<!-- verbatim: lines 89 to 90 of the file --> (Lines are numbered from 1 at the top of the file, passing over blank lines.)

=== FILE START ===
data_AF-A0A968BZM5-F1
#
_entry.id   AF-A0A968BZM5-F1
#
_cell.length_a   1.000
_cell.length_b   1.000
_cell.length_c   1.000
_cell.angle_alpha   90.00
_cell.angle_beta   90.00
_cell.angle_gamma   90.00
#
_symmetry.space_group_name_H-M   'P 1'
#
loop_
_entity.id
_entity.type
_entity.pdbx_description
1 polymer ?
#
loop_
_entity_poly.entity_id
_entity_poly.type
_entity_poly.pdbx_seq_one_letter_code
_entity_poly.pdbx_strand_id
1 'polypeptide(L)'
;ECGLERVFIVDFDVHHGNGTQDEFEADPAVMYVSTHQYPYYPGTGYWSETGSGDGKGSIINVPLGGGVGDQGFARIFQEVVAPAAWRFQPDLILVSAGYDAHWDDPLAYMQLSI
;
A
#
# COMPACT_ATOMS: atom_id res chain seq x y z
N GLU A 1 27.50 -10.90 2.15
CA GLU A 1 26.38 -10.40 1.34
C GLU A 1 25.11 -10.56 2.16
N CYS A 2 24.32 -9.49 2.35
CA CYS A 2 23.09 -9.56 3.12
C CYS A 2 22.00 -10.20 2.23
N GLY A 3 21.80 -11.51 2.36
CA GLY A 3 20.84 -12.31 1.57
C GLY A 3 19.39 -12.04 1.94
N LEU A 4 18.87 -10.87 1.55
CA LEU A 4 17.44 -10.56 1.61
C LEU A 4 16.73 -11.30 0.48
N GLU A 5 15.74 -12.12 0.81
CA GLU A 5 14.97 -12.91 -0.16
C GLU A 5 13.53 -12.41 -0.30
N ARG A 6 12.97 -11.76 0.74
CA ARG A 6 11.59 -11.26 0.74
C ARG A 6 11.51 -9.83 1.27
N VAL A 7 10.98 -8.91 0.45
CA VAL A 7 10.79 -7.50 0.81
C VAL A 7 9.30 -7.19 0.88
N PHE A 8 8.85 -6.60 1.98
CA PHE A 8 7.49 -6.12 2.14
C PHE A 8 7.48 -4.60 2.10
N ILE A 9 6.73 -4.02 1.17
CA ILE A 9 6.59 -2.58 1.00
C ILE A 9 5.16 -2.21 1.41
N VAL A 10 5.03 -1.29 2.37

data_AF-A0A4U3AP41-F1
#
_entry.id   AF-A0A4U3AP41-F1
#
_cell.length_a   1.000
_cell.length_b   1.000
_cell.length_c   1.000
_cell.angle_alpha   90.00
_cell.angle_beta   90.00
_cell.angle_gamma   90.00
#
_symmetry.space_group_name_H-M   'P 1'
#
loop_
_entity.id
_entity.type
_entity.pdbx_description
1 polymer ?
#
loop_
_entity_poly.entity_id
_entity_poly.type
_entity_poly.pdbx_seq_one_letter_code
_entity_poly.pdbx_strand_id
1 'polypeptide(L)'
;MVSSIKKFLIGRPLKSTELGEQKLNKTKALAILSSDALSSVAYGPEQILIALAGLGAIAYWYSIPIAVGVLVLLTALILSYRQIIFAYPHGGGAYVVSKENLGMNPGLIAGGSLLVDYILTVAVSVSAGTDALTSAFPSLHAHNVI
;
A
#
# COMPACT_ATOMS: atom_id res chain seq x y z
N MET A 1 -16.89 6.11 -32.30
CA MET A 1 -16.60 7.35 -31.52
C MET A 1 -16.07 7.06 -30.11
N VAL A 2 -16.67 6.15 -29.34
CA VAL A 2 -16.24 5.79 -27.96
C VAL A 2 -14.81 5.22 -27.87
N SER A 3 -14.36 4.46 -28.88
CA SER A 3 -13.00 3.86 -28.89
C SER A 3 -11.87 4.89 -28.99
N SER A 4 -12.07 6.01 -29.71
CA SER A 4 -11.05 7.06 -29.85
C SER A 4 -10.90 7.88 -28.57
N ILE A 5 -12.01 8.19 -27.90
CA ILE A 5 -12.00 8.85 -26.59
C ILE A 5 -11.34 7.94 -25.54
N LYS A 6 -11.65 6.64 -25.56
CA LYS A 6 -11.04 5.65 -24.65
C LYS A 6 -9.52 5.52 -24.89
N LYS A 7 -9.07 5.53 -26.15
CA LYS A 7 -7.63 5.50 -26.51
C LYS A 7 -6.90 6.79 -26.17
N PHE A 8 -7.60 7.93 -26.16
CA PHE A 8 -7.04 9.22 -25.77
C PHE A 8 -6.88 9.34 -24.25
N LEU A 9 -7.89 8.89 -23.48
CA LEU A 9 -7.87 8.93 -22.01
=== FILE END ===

N MET A 1 -16.89 6.11 -32.30
CA MET A 1 -16.60 7.35 -31.52